Washburn is a town in Aroostook County, Maine, United States. It was incorporated on February 25, 1861, and named after Israel Washburn, the governor of Maine at the time. The population was 1,687 at the 2010 census. Benjamin C. Wilder House, which was built in 1852, is located on Main Street in Washburn and predates the town's incorporation by nine years.
According to the United States Census Bureau, the town has a total area of 34.94 square miles (90.49 km2), of which 34.24 square miles (88.68 km2) is land and 0.70 square miles (1.81 km2) is water.
As of the census of 2010, there were 1,687 people, 699 households, and 483 families residing in the town. The population density was 49.3 inhabitants per square mile (19.0/km2). There were 768 housing units at an average density of 22.4 per square mile (8.6/km2). The racial makeup of the town was 96.7% White, 0.9% Native American, 0.5% Asian, 0.7% from other races, and 1.2% from two or more races. Hispanic or Latino of any race were 1.4% of the population.
Pick the Ideal Welding Trade Program Washburn ME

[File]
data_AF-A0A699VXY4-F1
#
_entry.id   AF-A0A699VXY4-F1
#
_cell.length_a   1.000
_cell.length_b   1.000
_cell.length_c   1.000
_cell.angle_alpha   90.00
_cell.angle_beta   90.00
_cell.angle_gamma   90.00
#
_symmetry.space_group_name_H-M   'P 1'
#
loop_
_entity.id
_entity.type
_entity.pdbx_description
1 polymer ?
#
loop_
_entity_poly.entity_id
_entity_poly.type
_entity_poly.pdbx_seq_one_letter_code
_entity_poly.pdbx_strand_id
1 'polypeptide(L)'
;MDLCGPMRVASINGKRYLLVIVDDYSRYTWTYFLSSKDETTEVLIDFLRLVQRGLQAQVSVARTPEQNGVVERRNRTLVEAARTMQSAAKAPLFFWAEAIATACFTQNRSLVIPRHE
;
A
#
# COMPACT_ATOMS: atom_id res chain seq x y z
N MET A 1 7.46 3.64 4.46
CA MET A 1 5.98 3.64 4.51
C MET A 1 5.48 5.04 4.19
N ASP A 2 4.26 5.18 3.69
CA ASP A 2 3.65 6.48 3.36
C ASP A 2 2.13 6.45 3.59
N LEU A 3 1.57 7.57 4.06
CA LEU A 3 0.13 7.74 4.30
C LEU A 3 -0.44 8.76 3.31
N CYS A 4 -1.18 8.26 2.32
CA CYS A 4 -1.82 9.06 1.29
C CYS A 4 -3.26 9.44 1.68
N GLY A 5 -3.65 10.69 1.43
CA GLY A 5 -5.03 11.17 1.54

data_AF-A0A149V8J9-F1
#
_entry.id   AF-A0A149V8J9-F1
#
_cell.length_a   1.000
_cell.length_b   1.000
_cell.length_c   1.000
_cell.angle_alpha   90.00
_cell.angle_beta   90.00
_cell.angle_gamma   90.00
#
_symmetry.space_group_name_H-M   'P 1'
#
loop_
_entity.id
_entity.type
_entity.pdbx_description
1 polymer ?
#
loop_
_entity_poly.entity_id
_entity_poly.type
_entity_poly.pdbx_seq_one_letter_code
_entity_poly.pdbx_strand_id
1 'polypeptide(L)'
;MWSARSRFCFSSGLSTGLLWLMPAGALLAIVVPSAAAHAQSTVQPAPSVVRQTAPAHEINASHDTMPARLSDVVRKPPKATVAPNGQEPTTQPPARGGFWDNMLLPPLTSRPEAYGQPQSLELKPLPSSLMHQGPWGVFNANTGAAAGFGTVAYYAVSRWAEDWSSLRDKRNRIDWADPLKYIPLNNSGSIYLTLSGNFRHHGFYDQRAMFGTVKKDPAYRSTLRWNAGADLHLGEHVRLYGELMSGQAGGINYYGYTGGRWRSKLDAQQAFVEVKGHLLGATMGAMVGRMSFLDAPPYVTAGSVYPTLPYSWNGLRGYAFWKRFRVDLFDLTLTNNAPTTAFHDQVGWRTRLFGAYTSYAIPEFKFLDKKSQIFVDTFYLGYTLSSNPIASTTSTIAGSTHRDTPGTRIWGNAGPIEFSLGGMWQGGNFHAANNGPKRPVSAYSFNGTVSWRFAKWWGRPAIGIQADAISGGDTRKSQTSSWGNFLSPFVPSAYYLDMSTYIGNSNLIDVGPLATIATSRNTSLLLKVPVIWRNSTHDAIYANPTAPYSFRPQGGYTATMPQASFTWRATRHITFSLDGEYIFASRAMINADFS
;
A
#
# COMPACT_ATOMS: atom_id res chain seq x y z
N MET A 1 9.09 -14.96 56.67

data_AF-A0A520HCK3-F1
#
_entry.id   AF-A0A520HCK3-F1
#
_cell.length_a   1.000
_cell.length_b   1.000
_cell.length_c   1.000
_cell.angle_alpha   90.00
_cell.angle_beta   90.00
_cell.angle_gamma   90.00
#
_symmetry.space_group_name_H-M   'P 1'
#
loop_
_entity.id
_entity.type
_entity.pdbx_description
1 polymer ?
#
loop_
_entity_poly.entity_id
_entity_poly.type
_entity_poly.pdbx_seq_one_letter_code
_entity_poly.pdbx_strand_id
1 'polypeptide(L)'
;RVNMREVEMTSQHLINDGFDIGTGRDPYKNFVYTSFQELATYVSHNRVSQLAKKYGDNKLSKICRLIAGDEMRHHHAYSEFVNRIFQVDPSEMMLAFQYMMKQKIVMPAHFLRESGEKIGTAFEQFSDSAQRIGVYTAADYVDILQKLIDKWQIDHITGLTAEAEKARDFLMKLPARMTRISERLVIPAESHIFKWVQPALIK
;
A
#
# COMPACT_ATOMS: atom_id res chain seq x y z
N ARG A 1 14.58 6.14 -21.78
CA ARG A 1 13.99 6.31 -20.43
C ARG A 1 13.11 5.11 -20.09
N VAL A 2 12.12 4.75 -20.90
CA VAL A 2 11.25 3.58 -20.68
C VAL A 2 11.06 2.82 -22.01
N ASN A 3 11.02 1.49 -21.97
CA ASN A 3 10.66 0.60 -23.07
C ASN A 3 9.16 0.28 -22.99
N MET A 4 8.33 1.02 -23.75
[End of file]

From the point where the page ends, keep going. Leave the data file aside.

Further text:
Choosing the best welder training program will undoubtedly be the most critical decision you will make to start your new trade. You originally stopped by our website because you had an interest in Coded Welding Courses. However, as we have covered in this article, there are many things that you will need to examine and compare between the schools you are reviewing. It’s a necessity that any welding training program that you are evaluating includes a good deal of hands-on instruction. Classes need to be smaller in size and every student must have their own welding machine to train on. Classroom teaching should provide a real-world perspective, and the course of study should be current and conform with industry standards. Training programs vary in length and the kind of credential offered, so you will have to decide what length of program and credential will best serve your needs. Each training program offers unique options for certification also. Perhaps the best way to research your short list of schools is to go to each campus and talk with the teachers and students. Invest some time to sit in on some classes. Inspect the campus and facilities. Make sure that you are confident that the training program you select is the ideal one for you. With the proper training, hard work and commitment, the end outcome will be a new trade as a professional welder in Washburn ME.